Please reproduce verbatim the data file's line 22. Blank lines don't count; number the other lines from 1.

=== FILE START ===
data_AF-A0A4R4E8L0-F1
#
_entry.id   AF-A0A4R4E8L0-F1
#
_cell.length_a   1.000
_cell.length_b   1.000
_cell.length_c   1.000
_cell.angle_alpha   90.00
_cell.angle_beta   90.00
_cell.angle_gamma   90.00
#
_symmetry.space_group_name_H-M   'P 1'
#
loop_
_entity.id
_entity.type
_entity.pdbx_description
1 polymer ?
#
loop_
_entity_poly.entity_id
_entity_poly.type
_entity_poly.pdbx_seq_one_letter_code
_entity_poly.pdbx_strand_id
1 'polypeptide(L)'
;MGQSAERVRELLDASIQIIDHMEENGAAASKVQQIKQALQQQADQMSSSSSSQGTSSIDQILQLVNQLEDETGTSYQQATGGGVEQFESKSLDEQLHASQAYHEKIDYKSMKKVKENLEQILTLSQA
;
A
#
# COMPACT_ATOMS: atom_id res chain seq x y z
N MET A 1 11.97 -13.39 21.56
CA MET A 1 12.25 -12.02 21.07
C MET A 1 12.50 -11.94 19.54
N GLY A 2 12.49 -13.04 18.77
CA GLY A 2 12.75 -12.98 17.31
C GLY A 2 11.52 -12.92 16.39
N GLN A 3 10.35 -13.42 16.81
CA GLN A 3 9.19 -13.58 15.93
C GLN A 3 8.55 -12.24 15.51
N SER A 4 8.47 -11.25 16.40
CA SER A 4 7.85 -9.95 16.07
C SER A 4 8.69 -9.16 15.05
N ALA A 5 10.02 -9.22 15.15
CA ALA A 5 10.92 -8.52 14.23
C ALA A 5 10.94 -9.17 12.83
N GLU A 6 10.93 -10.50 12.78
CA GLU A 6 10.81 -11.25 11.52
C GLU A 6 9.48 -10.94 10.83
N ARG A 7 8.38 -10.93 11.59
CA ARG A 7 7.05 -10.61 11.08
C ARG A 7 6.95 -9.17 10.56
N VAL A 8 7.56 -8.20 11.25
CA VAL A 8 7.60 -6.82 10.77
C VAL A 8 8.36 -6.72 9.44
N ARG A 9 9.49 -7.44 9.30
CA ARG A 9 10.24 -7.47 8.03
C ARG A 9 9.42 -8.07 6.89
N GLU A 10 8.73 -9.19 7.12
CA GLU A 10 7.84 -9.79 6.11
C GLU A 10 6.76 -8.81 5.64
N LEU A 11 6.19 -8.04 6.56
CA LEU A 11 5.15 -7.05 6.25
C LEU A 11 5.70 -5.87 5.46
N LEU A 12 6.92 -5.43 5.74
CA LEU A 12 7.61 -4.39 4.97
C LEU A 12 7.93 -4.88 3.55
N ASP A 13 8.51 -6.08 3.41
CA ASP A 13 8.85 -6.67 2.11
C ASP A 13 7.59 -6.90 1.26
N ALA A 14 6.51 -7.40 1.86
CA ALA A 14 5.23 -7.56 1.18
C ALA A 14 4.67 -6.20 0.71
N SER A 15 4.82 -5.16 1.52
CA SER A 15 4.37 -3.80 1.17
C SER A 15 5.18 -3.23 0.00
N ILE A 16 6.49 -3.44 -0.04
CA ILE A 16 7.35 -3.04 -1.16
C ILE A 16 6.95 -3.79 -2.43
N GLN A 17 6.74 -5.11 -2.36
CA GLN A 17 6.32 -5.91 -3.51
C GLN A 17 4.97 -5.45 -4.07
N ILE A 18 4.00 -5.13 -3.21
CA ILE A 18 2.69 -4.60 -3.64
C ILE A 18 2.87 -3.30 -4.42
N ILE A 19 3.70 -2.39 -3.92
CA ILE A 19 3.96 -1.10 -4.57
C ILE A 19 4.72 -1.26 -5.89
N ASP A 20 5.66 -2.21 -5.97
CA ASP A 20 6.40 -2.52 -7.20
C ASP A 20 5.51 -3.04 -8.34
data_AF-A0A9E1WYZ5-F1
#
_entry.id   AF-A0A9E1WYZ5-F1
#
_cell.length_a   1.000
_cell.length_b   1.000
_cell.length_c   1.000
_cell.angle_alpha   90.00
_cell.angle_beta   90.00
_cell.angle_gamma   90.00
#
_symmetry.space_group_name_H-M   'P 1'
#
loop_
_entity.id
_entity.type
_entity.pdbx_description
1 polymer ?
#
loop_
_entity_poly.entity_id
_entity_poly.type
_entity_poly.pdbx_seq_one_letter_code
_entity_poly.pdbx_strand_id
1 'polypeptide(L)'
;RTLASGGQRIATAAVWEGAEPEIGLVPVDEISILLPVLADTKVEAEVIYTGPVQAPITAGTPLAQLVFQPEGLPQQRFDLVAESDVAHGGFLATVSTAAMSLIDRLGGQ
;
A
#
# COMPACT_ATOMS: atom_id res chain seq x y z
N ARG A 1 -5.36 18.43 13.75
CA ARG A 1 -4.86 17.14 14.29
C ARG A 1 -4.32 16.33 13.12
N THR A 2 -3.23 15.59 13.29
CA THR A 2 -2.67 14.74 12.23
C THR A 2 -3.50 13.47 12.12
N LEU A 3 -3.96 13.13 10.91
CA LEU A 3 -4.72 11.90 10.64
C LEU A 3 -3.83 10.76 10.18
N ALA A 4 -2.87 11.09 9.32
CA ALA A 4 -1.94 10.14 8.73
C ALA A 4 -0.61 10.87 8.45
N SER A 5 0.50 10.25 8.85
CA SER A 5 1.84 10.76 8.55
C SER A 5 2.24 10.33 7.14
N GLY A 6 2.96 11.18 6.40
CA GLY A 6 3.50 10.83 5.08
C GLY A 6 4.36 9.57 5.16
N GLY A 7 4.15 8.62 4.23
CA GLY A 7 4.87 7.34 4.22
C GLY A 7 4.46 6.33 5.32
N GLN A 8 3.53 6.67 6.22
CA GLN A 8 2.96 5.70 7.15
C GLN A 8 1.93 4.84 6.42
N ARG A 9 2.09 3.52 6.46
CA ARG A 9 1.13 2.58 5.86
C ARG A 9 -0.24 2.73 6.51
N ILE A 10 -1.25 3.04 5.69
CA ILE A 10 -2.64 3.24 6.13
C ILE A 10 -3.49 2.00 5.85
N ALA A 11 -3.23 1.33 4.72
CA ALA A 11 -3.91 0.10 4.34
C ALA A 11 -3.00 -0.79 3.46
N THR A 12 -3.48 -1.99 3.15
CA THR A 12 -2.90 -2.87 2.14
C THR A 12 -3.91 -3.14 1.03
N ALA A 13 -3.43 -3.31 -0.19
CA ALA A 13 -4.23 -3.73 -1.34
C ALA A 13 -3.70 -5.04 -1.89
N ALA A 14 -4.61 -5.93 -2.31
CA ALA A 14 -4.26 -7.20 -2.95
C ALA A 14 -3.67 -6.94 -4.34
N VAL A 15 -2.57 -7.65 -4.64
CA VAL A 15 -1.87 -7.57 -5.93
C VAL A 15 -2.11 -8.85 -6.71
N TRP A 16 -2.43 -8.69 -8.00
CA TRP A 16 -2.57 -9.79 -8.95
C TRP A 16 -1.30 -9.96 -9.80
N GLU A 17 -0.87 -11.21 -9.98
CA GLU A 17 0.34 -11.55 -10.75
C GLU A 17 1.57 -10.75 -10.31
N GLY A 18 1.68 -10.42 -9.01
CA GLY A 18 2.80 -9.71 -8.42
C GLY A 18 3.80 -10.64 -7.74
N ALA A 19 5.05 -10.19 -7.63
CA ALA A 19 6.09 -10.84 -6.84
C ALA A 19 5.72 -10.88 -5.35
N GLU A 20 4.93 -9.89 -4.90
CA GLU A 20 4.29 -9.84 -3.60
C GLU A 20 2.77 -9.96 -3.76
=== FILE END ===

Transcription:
_entity_poly.type